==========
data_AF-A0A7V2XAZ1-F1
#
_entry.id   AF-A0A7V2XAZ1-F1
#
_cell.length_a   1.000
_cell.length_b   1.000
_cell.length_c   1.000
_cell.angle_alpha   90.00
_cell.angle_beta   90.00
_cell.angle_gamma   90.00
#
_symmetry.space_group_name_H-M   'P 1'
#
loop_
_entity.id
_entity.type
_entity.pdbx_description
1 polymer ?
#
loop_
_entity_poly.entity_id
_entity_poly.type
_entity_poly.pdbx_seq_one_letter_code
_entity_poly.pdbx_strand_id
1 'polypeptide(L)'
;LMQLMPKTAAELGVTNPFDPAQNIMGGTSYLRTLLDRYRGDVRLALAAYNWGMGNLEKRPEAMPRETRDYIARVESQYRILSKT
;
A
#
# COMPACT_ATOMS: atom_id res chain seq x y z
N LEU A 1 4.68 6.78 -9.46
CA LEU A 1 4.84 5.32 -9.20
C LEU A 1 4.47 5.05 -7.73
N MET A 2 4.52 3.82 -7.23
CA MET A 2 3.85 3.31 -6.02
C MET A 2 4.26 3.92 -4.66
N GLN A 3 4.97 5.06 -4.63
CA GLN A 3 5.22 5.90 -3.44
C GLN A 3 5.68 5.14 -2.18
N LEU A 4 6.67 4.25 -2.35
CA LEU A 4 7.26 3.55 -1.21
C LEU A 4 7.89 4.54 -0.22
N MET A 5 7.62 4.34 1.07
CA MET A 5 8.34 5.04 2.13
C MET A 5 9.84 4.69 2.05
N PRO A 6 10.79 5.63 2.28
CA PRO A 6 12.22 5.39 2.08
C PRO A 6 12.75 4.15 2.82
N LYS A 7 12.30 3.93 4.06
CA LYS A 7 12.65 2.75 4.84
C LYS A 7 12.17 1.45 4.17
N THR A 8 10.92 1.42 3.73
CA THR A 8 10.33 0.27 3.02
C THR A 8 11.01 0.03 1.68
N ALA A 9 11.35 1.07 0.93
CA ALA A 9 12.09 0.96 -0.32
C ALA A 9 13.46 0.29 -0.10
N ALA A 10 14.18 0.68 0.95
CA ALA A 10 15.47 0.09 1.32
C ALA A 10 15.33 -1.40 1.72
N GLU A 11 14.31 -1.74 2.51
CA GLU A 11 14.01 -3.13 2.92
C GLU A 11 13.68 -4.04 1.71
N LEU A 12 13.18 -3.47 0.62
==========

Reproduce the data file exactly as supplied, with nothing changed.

data_AF-A0A7V2XAZ1-F1
#
_entry.id   AF-A0A7V2XAZ1-F1
#
_cell.length_a   1.000
_cell.length_b   1.000
_cell.length_c   1.000
_cell.angle_alpha   90.00
_cell.angle_beta   90.00
_cell.angle_gamma   90.00
#
_symmetry.space_group_name_H-M   'P 1'
#
loop_
_entity.id
_entity.type
_entity.pdbx_description
1 polymer ?
#
loop_
_entity_poly.entity_id
_entity_poly.type
_entity_poly.pdbx_seq_one_letter_code
_entity_poly.pdbx_strand_id
1 'polypeptide(L)'
;LMQLMPKTAAELGVTNPFDPAQNIMGGTSYLRTLLDRYRGDVRLALAAYNWGMGNLEKRPEAMPRETRDYIARVESQYRILSKT
;
A
#
# COMPACT_ATOMS: atom_id res chain seq x y z
N LEU A 1 4.68 6.78 -9.46
CA LEU A 1 4.84 5.32 -9.20
C LEU A 1 4.47 5.05 -7.73
N MET A 2 4.52 3.82 -7.23
CA MET A 2 3.85 3.31 -6.02
C MET A 2 4.26 3.92 -4.66
N GLN A 3 4.97 5.06 -4.63
CA GLN A 3 5.22 5.90 -3.44
C GLN A 3 5.68 5.14 -2.18
N LEU A 4 6.67 4.25 -2.35
CA LEU A 4 7.26 3.55 -1.21
C LEU A 4 7.89 4.54 -0.22
N MET A 5 7.62 4.34 1.07
CA MET A 5 8.34 5.04 2.13
C MET A 5 9.84 4.69 2.05
N PRO A 6 10.79 5.63 2.28
CA PRO A 6 12.22 5.39 2.08
C PRO A 6 12.75 4.15 2.82
N LYS A 7 12.30 3.93 4.06
CA LYS A 7 12.65 2.75 4.84
C LYS A 7 12.17 1.45 4.17
N THR A 8 10.92 1.42 3.73
CA THR A 8 10.33 0.27 3.02
C THR A 8 11.01 0.03 1.68
N ALA A 9 11.35 1.07 0.93
CA ALA A 9 12.09 0.96 -0.32
C ALA A 9 13.46 0.29 -0.10
N ALA A 10 14.18 0.68 0.95
CA ALA A 10 15.47 0.09 1.32
C ALA A 10 15.33 -1.40 1.72
N GLU A 11 14.31 -1.74 2.51
CA GLU A 11 14.01 -3.13 2.92
C GLU A 11 13.68 -4.04 1.71
N LEU A 12 13.18 -3.47 0.62